As a business leader, you’ve embraced change within your organization. But a big question remains: Has your staff done the same?
Staff buy-in is a key component to change implementation. It is important for staff members to not only understand how the business will benefit from the changes, but they also need to understand how the changes will affect them personally.
Change is scary. Given this, empathy is imperative.
Highlighting the changes and discussing concerns as well as pain points with the staff creates a partnership and allows for staff input. Staff members are able to talk about what scares them. This input is also very useful to the business leader—it helps to determine whether something needs to be actioned or if it is just a general concern about doing things differently.
As the consultant who helps roll-out the changes, I work with all stakeholders to analyze the resistance and make updates accordingly.
In addition to creating an open, productive dialogue with staff members, I promote buy-in by helping to design a reasonable timeline. When changes are implemented too quickly, it is challenging to be thoughtful about the effects on the staff members’ day-to-day workflow. Conversely, if the changes take too long, momentum is lost, and people tune out.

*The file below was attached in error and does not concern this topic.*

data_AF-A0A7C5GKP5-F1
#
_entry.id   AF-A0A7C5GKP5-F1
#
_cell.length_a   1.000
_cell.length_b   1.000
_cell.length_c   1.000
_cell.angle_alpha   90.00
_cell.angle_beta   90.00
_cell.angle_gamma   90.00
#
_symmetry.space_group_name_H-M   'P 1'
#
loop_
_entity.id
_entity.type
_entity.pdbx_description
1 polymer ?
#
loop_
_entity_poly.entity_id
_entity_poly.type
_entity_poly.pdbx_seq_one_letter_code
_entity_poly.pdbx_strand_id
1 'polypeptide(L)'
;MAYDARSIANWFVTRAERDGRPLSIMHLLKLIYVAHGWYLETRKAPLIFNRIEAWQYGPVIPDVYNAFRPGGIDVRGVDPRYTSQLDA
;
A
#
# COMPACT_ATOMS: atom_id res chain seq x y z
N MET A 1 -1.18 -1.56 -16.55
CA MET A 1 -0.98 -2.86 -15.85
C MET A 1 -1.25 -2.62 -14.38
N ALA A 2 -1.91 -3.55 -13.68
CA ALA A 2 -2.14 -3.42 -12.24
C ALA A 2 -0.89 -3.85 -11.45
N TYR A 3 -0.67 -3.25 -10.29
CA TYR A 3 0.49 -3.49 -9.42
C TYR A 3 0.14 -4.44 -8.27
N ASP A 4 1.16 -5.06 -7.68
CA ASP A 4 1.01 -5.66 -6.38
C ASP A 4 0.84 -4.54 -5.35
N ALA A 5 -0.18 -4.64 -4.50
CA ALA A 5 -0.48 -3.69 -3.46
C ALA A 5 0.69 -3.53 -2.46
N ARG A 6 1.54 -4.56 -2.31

I work with the business leader and organization to find their sweet spot—where the change has momentum but doesn’t turn everything on its head.
With an empathic, well thought-out, and flexible approach, the business leader will be viewed as a partner (as opposed to an iron fist). A true connection with, and understanding of, the affected staff members will help the program move forward.
Nothing occurs overnight, and the roll-out timeline is influenced by a variety of factors including company size, market environment, etc. Regardless of the size and scope of the changes, business leaders have an increased chance of sustained change if there is a foundation of trust and camaraderie.
Thinking of making changes in your organization? Contact me today!